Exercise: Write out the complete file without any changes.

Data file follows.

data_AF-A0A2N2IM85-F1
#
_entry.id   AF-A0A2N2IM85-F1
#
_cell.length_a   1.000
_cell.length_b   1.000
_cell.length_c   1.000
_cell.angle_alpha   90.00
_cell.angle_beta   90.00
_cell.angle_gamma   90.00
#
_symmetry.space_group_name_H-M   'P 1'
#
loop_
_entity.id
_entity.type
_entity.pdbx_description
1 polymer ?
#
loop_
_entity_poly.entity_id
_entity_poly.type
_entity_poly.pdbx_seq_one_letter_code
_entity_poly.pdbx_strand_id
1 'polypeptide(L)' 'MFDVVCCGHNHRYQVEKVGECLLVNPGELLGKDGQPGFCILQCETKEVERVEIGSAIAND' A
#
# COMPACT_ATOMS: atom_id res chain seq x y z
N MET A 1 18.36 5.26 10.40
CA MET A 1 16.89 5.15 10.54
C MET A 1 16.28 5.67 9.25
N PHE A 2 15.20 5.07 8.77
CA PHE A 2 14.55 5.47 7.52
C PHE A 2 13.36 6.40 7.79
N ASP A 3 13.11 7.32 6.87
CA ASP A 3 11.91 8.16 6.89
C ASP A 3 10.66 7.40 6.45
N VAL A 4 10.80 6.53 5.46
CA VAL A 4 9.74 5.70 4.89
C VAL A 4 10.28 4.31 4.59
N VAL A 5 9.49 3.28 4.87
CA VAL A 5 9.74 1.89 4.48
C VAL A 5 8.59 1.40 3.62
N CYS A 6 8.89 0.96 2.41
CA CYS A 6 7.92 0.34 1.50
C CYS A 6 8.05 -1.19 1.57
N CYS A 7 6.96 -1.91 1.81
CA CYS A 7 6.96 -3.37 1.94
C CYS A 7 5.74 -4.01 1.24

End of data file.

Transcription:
data_AF-A0A2N2IM85-F1
#
_entry.id   AF-A0A2N2IM85-F1
#
_cell.length_a   1.000
_cell.length_b   1.000
_cell.length_c   1.000
_cell.angle_alpha   90.00
_cell.angle_beta   90.00
_cell.angle_gamma   90.00
#
_symmetry.space_group_name_H-M   'P 1'
#
loop_
_entity.id
_entity.type
_entity.pdbx_description
1 polymer ?
#
loop_
_entity_poly.entity_id
_entity_poly.type
_entity_poly.pdbx_seq_one_letter_code
_entity_poly.pdbx_strand_id
1 'polypeptide(L)' 'MFDVVCCGHNHRYQVEKVGECLLVNPGELLGKDGQPGFCILQCETKEVERVEIGSAIAND' A
#
# COMPACT_ATOMS: atom_id res chain seq x y z
N MET A 1 18.36 5.26 10.40
CA MET A 1 16.89 5.15 10.54
C MET A 1 16.28 5.67 9.25
N PHE A 2 15.20 5.07 8.77
CA PHE A 2 14.55 5.47 7.52
C PHE A 2 13.36 6.40 7.79
N ASP A 3 13.11 7.32 6.87
CA ASP A 3 11.91 8.16 6.89
C ASP A 3 10.66 7.40 6.45
N VAL A 4 10.80 6.53 5.46
CA VAL A 4 9.74 5.70 4.89
C VAL A 4 10.28 4.31 4.59
N VAL A 5 9.49 3.28 4.87
CA VAL A 5 9.74 1.89 4.48
C VAL A 5 8.59 1.40 3.62
N CYS A 6 8.89 0.96 2.41
CA CYS A 6 7.92 0.34 1.50
C CYS A 6 8.05 -1.19 1.57
N CYS A 7 6.96 -1.91 1.81
CA CYS A 7 6.96 -3.37 1.94
C CYS A 7 5.74 -4.01 1.24